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College Athletes in Contact Sports more likely to have MRSA

Update Date: Oct 09, 2014 10:04 AM EDT

Methicillin-resistant Staphylococcus aureus (MRSA) is a bacterium that has developed resistance to many antibiotic treatments. Since most treatments will not work for an MRSA-infection, an infection could be fatal. In a new study, researchers examined the presence of MRSA in college athletes. They found that athletes who participated in contact sports were more likely to be carriers of MRSA.

"This study shows that even outside of a full scale outbreak, when athletes are healthy and there are no infections, there are still a substantial number of them who are colonized with these potentially harmful bacteria," said Natalia Jimenez-Truque, PhD, MSCI, research instructor, Vanderbilt University Medical Center, Nashville, TN. "Sports teams can decrease the spread of MRSA by encouraging good hygiene in their athletes, including frequent hand washing and avoiding sharing towels and personal items such as soap and razors."

For this study, the researchers recruited 377 varsity athletes from 14 different sport teams at Vanderbilt University. 224 of the athletes played contact sports, such as football and soccer and 153 of them played non-contact sports, such as cross-country and golf. The team tracked the time it took for the athletes to be infected with Staphylococcus aureus (staph) and how long the bacteria stayed by collecting monthly nasal and throat swabs over the span of two academic years. People can carry the bacteria without showing any symptoms.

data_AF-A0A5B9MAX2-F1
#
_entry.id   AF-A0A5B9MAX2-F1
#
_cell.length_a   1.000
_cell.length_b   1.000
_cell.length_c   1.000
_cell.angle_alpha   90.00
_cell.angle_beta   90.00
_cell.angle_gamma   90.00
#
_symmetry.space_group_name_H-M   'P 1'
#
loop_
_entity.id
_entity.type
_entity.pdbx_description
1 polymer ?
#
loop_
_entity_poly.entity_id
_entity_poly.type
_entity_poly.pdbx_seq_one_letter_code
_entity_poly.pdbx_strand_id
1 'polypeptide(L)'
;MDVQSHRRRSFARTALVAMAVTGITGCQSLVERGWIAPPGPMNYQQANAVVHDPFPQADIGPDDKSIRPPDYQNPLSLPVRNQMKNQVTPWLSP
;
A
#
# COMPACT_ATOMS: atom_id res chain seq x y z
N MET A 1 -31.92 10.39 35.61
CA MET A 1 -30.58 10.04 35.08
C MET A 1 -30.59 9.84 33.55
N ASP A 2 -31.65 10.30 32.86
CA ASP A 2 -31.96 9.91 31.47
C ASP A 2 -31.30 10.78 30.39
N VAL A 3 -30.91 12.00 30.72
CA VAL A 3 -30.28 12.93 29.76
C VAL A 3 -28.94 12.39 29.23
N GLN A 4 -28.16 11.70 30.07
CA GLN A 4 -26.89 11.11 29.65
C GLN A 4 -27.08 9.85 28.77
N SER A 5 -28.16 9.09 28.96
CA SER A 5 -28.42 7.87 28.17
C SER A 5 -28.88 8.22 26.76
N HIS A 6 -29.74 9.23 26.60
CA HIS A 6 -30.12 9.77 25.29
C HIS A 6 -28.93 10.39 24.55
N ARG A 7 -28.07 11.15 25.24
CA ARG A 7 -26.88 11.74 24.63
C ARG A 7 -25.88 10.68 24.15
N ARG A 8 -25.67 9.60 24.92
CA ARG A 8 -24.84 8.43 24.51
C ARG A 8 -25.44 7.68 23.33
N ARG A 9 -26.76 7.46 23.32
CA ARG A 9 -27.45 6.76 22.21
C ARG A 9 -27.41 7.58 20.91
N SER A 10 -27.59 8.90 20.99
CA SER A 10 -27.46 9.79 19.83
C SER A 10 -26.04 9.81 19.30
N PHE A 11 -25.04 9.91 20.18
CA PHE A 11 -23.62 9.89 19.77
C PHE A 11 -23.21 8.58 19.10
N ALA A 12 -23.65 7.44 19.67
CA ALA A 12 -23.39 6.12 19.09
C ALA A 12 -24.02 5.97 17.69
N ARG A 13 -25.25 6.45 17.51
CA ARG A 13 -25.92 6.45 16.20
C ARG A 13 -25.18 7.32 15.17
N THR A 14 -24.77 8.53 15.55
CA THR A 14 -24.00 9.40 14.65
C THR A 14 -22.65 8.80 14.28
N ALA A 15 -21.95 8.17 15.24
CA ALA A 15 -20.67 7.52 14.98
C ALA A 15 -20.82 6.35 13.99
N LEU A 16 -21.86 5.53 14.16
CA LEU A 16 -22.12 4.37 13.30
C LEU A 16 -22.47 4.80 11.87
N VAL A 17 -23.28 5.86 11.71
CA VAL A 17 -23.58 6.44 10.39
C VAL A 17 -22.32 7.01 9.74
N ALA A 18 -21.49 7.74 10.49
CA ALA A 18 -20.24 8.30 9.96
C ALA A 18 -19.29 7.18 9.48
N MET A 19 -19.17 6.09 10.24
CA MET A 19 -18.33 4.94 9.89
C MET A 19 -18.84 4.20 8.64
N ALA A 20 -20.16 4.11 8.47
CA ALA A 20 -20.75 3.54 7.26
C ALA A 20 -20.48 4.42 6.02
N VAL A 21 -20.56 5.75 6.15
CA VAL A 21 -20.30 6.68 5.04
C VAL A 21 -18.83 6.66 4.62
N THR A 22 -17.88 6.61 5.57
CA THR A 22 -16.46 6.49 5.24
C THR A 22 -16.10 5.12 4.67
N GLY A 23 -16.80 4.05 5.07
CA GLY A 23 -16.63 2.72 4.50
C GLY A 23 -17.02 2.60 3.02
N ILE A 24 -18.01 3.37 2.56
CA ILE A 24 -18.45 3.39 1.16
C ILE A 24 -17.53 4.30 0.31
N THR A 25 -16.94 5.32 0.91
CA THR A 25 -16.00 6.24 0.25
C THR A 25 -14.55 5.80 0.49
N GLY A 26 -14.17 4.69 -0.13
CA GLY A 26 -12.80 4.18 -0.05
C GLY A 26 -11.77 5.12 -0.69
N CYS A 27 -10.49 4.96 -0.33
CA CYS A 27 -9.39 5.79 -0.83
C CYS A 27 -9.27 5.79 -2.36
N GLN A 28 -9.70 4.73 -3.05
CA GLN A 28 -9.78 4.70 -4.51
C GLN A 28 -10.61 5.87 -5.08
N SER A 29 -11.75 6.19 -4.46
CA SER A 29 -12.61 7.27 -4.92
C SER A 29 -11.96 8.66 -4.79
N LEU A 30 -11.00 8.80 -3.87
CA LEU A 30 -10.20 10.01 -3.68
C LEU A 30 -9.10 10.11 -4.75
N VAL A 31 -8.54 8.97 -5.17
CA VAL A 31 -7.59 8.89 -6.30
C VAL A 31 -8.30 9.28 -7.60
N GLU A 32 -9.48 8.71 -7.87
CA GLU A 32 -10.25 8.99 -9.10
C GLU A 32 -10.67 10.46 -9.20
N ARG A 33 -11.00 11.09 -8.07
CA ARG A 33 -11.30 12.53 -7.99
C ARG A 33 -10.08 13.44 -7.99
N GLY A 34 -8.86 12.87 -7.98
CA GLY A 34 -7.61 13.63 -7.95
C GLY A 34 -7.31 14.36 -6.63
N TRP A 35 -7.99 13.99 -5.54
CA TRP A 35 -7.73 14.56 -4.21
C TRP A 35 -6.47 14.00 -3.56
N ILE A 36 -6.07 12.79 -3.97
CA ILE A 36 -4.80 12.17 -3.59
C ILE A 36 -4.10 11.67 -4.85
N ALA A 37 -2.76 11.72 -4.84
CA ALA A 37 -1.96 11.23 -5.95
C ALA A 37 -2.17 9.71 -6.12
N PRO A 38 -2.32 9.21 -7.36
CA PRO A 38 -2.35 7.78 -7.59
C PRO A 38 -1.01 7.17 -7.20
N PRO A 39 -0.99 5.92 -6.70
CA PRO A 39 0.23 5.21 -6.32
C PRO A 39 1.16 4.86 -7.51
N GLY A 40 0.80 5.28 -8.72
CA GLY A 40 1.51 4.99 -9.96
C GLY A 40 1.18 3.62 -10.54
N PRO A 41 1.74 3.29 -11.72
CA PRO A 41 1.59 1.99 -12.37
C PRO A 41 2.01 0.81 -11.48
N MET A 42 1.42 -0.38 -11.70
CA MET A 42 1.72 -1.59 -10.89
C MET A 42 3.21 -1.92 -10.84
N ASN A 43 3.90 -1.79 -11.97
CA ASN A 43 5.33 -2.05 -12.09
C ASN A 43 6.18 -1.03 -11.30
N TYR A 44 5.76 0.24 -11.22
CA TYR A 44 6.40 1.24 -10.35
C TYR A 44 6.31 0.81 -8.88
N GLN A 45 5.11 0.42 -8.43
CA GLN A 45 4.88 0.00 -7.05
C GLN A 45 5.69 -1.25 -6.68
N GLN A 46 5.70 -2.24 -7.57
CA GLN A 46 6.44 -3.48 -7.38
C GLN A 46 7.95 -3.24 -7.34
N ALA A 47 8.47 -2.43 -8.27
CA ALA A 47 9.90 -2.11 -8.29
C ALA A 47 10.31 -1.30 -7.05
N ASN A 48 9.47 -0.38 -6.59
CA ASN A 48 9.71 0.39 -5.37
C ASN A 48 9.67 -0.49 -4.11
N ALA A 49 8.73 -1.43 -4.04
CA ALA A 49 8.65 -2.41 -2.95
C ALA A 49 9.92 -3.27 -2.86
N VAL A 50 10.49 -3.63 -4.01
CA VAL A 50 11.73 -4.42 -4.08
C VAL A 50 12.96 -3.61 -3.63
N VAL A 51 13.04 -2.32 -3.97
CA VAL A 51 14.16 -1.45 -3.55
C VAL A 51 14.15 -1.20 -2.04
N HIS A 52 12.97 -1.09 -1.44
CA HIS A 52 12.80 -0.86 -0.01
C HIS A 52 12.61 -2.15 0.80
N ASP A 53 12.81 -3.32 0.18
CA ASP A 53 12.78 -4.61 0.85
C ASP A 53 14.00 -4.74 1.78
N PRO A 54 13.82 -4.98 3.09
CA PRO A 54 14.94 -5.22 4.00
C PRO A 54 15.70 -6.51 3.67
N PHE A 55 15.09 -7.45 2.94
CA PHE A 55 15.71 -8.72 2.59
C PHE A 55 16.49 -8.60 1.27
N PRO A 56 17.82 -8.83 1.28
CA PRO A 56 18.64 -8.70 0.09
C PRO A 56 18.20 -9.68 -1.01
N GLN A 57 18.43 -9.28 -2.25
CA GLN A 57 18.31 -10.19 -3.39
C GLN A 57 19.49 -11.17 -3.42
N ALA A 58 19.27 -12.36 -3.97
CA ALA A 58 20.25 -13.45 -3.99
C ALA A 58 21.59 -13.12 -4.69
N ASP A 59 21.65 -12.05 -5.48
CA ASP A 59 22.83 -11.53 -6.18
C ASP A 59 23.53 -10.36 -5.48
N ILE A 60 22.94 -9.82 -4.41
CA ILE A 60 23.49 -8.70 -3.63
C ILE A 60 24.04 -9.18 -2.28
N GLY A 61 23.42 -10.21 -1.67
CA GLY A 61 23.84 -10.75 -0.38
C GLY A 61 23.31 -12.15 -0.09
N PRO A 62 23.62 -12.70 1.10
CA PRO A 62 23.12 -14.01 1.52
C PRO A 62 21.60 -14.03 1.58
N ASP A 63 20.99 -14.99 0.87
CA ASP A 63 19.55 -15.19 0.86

"Staph is a problematic germ for us - always has been, always will be - and we need to do all we can to reduce the risk of infection in those at highest risk, such as college athletes," Jimenez-Truque said according to the press release.

The team found that athletes in contact sports were two times more likely to carry MRSA in comparison to athletes in non-contact sports. Roughly eight to 31 percent of these athletes had evidence of MRSA colonization. In non-contact sport athletes and within the general population, the rate of MRSA colonization was 0 to 23 percent and five to 10 percent, respectively. The researchers added that athletes in contact sports acquired MRSA at a much faster rate and for a longer period of time in comparison to athletes from the other group.

The researchers were not surprised to find the difference in MRSA colonization between the two groups of athletes. People who participate in contact sports are bound to touch one another and transfer bacteria. In order to reduce the likelihood of transmission, the team stressed the importance of closing open wounds and maintaining good hygiene, ranging from washing hands to cleaning towels.

The researchers presented the study at IDWeek 2014.

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